News & Events
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1.The voice of India: In an ever-changing country, Lata Mangeshkar seamlessly knitted our past with our present
Since Independence, Lata Mangeshkar has been inseparable from the soundtrack of our everyday lives. At kasbah roundabouts, in village fairs, at paan shops, in middle-class drawing rooms, her democratising voice was ever-present like the air we breathe. Like the Ganga and the Himalaya, she was always there. In antaksharis, college fests, home celebrations – rakhi, kirtan, ladies sangeet – there was a song by her for every occasion, season and reason; and in almost every Indian language. She transcended generations. At 60, she sang ‘Dil deewana’ for heroine Bhagyashree, then 20, in Maine Pyar Kiya (1989). Even at 92, she had nearly 15 million followers on Twitter. In an ever-changing country, Lata seamlessly knitted our past with our present.
In its core, every voice carries a code we must decipher to understand what it culturally represents. Lata’s voice encapsulated sweetness, purity and simplicity – traits matching the mood and predilections of the times when she rose to prominence. It didn’t convey power and muscle. Much like her persona, her voice embodied quiet strength and resolve. No surprise, she fought and succeeded in the male-dominated film industry on her own terms. The singer also represented, like film director Satyajit Ray and actor Dilip Kumar, an unwavering dedication towards attaining excellence. Uncompromising work ethic, devotion to meticulousness and unmatched talent combined to ensure that even the most demanding of songs was perfected and delivered with care. For decades, every aspiring singer wanted to sing like her; aptly reflected in the number of clones that subsequently emerged.
Lata was a cultural icon like few others were or will be and a global ambassador for India. Her listener-base extended way beyond the diaspora. Her voice was the courier and the carrier of Hindi cinema’s “soft power” in large swathes of Africa and Asia, way before the term, Bollywood, was coined. In 1974, Michael Foot, the British Labour Party leader, introduced her as “the voice of India” before her famous Royal Albert Hall performance in London. For many, India and Lata were synonymous.
It is well known that Lata’s rendition of ‘Ae mere watan ke logon’, made Nehru weep. Not many remember she often sang at charity shows for the jawans, the World Cup winning cricket team in 1983, and the film industry workers after the major strike in 1986. In an interview to the TOI back in 2009, director Shyam Benegal had said that with the possible exception of Egypt’s Umm Kulthum, no other singer represented the singing voice of her country like Lata. He was right. The songs of India and Lata will forever be intertwined as the country marches towards its 75th year of Independence. The singer passed away on Sunday but she will come alive every time we hear her song somewhere.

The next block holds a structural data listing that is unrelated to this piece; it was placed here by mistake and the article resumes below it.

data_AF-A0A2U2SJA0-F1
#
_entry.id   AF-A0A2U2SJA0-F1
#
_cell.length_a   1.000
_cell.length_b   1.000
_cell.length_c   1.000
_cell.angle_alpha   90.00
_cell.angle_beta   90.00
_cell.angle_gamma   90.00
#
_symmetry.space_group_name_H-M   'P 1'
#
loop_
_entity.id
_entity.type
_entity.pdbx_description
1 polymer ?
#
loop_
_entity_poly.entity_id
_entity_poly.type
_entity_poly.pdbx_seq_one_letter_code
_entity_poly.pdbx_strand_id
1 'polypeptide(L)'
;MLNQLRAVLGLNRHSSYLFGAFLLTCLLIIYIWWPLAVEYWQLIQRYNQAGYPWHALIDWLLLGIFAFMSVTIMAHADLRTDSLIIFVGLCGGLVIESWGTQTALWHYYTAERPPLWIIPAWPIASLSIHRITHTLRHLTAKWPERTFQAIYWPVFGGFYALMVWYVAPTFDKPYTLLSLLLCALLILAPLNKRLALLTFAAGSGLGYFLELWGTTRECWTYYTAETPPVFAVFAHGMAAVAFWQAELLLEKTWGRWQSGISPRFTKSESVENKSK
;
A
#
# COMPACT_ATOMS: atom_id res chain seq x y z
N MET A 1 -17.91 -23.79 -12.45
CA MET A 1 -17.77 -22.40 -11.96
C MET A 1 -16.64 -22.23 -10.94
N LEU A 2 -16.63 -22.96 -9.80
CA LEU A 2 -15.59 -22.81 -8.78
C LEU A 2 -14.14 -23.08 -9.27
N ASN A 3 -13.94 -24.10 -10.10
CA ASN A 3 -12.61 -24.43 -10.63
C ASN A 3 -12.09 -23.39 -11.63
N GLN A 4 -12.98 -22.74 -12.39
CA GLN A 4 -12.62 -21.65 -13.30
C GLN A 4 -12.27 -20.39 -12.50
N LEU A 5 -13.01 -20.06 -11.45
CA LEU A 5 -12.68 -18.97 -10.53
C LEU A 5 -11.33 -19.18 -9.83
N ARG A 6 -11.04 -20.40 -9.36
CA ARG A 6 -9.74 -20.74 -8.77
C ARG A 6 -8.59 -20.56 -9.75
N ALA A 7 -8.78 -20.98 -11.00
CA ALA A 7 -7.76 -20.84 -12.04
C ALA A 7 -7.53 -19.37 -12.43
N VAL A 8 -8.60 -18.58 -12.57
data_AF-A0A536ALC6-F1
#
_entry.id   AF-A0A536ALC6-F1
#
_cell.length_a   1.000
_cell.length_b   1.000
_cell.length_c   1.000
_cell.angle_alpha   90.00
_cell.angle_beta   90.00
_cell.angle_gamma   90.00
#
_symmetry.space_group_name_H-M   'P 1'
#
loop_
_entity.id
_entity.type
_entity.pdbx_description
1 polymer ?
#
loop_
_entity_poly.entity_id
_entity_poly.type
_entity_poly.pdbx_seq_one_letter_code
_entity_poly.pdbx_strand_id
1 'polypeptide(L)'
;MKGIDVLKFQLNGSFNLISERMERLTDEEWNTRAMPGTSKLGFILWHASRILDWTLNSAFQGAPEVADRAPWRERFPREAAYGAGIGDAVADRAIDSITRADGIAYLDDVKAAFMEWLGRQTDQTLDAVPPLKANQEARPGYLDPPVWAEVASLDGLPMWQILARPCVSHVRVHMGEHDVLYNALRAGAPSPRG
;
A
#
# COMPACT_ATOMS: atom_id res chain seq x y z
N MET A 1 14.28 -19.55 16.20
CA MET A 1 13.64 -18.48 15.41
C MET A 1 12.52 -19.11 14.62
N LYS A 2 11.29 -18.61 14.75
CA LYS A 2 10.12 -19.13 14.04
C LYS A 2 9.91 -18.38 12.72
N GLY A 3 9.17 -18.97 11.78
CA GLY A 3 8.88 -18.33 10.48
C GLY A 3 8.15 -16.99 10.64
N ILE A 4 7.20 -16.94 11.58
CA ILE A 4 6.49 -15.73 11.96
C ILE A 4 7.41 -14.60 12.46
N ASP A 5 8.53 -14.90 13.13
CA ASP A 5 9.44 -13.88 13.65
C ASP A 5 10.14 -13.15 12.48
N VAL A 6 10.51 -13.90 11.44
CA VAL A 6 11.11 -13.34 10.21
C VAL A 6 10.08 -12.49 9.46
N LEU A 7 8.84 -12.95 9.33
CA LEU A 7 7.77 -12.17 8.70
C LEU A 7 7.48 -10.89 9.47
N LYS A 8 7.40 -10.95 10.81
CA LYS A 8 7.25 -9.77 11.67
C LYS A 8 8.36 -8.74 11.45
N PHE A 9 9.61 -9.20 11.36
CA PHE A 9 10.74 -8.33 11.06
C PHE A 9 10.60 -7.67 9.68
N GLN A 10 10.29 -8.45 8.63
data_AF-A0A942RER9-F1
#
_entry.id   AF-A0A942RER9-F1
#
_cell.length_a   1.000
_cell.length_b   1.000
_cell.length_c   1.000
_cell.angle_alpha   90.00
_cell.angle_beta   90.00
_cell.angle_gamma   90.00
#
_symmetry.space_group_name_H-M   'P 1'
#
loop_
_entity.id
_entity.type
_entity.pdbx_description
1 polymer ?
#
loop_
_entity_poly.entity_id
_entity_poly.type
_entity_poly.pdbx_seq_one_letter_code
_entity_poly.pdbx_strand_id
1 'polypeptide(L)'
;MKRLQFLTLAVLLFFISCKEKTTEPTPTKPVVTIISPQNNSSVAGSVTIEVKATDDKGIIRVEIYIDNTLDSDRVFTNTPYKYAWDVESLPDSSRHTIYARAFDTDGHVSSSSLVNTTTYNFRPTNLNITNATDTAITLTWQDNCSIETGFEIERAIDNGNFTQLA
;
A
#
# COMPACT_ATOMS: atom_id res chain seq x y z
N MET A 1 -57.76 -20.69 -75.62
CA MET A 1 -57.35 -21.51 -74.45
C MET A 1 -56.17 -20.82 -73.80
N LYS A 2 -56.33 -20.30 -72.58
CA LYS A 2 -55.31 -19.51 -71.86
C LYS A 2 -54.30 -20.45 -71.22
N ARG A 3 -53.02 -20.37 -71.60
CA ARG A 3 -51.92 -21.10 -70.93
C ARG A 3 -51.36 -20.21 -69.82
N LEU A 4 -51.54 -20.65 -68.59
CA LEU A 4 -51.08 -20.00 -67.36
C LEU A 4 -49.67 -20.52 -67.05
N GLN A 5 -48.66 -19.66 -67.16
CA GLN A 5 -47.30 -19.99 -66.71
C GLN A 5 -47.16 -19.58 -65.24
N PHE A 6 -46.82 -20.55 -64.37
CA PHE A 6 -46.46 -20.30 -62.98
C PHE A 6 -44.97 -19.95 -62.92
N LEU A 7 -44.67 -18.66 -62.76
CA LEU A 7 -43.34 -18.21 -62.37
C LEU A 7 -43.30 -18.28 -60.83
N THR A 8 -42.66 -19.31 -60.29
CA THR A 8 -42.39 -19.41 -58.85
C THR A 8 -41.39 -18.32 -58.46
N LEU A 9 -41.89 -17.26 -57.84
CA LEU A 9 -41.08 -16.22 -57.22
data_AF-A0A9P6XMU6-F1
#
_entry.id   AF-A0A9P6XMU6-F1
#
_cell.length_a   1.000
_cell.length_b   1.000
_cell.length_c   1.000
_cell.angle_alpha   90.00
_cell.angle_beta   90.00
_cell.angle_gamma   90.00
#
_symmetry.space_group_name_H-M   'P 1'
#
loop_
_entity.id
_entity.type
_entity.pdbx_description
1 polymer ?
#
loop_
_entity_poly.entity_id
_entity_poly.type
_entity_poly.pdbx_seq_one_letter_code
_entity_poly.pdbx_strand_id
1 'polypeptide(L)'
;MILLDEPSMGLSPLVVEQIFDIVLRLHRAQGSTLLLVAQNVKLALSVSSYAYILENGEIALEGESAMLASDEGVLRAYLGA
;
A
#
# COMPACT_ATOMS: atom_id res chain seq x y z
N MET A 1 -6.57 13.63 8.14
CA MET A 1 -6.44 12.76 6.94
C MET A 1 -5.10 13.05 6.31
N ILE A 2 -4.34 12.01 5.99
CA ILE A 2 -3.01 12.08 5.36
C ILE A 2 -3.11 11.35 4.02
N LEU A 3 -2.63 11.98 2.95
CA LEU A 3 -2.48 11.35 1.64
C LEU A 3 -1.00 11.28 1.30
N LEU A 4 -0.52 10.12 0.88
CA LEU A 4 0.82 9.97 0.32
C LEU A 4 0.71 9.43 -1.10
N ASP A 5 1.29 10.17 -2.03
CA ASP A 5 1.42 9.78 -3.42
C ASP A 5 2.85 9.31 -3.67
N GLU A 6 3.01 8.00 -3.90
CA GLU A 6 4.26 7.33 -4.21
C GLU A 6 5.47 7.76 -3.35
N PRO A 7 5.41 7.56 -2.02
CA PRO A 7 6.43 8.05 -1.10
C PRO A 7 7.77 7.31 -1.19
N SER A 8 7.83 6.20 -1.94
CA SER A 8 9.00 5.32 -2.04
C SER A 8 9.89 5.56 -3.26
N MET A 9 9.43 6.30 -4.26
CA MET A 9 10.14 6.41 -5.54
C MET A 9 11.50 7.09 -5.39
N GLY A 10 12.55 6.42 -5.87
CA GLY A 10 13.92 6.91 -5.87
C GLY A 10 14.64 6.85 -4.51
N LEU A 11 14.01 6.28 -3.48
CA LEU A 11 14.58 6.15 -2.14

2.Congress’s Channi bet: Party showed sense sticking to the Dalit leader but challenges it faces are formidable
Punjab, where Charanjit Singh Channi will now be incumbent Congress’s CM candidate, will host the most fascinating of contests of the five states going to polls. Congress will battle it out with Bhagwant Mann-led AAP, which looks no pushover, the newly politically blooded farmers’ party SSM, BJP-Amarinder Singh’s PLC and Akali Dal-BSP. The last two don’t look like power contenders for now, but their role in a multi-cornered election may be important. And there’s Navjot Singh Sidhu, whose good behaviour post the Channi announcement may not hold, given his record so far.
Congress has huge stakes in Punjab, given how small its national footprint is. Rahul Gandhi showed some political determination by picking Channi, whose appeal to Punjab’s 31% Dalit voters is a factor, although in typically complicated way of Indian politics, Punjab’s Dalits too are not always one block, the Ramdasia-Ravidasia divide being the most critical. Channi, a Ramdasia, has his task cut out here, as he has in dealing with Sidhu, should he go rebel-mode.
AAP’s urban support may be more viable than its rural one, where Congress and Akalis, despite being bruised, fancy their chances. But SSM’s pitch to farmers may have complicated this. Also, most observers reckon votes gained by the Amarinder-BJP combine may be mostly at the cost of Congress. That’s why Channi’s ability to pull Dalit votes is so crucial for Congress, and the CM’s second seat from Malwa belt, where AAP is supposedly strong, is also an indication how much Congress depends on him. If voters don’t deliver a clear verdict, post-poll manoeuvres may be even more interesting than the election itself.
3.Fixing frequencies first: On 5G economic payoff in Budget speech
Policymakers must make sure that the 5G economic payoff will outweigh the high cost